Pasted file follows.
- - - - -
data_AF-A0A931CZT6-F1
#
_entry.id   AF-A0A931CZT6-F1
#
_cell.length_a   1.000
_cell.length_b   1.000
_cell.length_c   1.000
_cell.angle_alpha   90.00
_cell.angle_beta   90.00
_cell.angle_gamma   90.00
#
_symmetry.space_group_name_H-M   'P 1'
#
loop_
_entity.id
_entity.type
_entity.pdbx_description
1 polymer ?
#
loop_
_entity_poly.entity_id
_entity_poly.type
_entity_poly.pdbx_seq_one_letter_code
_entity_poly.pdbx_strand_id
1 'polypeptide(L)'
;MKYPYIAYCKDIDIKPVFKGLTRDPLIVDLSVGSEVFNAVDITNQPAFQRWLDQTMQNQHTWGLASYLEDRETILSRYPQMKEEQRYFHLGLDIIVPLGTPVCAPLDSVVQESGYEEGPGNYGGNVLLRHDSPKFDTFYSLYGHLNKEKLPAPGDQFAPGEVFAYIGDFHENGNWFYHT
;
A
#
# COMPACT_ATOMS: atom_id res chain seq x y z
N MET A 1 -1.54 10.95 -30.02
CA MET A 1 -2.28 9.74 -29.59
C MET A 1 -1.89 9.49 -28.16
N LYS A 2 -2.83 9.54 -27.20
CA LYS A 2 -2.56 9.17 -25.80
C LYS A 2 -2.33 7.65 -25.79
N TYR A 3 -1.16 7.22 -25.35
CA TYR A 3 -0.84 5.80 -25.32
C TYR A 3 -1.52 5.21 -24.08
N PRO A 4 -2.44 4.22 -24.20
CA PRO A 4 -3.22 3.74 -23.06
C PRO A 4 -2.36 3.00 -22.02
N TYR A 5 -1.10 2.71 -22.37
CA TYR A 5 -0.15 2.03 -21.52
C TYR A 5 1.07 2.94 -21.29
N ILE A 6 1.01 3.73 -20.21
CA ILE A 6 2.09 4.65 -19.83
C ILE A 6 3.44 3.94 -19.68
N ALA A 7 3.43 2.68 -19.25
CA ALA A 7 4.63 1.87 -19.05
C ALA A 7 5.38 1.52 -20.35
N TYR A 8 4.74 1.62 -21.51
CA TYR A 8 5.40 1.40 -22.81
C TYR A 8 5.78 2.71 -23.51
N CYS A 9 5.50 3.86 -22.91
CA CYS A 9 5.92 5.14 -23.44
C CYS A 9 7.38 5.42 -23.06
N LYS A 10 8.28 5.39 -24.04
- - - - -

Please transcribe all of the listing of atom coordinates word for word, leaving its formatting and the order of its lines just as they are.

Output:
data_AF-A0A931CZT6-F1
#
_entry.id   AF-A0A931CZT6-F1
#
_cell.length_a   1.000
_cell.length_b   1.000
_cell.length_c   1.000
_cell.angle_alpha   90.00
_cell.angle_beta   90.00
_cell.angle_gamma   90.00
#
_symmetry.space_group_name_H-M   'P 1'
#
loop_
_entity.id
_entity.type
_entity.pdbx_description
1 polymer ?
#
loop_
_entity_poly.entity_id
_entity_poly.type
_entity_poly.pdbx_seq_one_letter_code
_entity_poly.pdbx_strand_id
1 'polypeptide(L)'
;MKYPYIAYCKDIDIKPVFKGLTRDPLIVDLSVGSEVFNAVDITNQPAFQRWLDQTMQNQHTWGLASYLEDRETILSRYPQMKEEQRYFHLGLDIIVPLGTPVCAPLDSVVQESGYEEGPGNYGGNVLLRHDSPKFDTFYSLYGHLNKEKLPAPGDQFAPGEVFAYIGDFHENGNWFYHT
;
A
#
# COMPACT_ATOMS: atom_id res chain seq x y z
N MET A 1 -1.54 10.95 -30.02
CA MET A 1 -2.28 9.74 -29.59
C MET A 1 -1.89 9.49 -28.16
N LYS A 2 -2.83 9.54 -27.20
CA LYS A 2 -2.56 9.17 -25.80
C LYS A 2 -2.33 7.65 -25.79
N TYR A 3 -1.16 7.22 -25.35
CA TYR A 3 -0.84 5.80 -25.32
C TYR A 3 -1.52 5.21 -24.08
N PRO A 4 -2.44 4.22 -24.20
CA PRO A 4 -3.22 3.74 -23.06
C PRO A 4 -2.36 3.00 -22.02
N TYR A 5 -1.10 2.71 -22.37
CA TYR A 5 -0.15 2.03 -21.52
C TYR A 5 1.07 2.94 -21.29
N ILE A 6 1.01 3.73 -20.21
CA ILE A 6 2.09 4.65 -19.83
C ILE A 6 3.44 3.94 -19.68
N ALA A 7 3.43 2.68 -19.25
CA ALA A 7 4.63 1.87 -19.05
C ALA A 7 5.38 1.52 -20.35
N TYR A 8 4.74 1.62 -21.51
CA TYR A 8 5.40 1.40 -22.81
C TYR A 8 5.78 2.71 -23.51
N CYS A 9 5.50 3.86 -22.91
CA CYS A 9 5.92 5.14 -23.44
C CYS A 9 7.38 5.42 -23.06
N LYS A 10 8.28 5.39 -24.04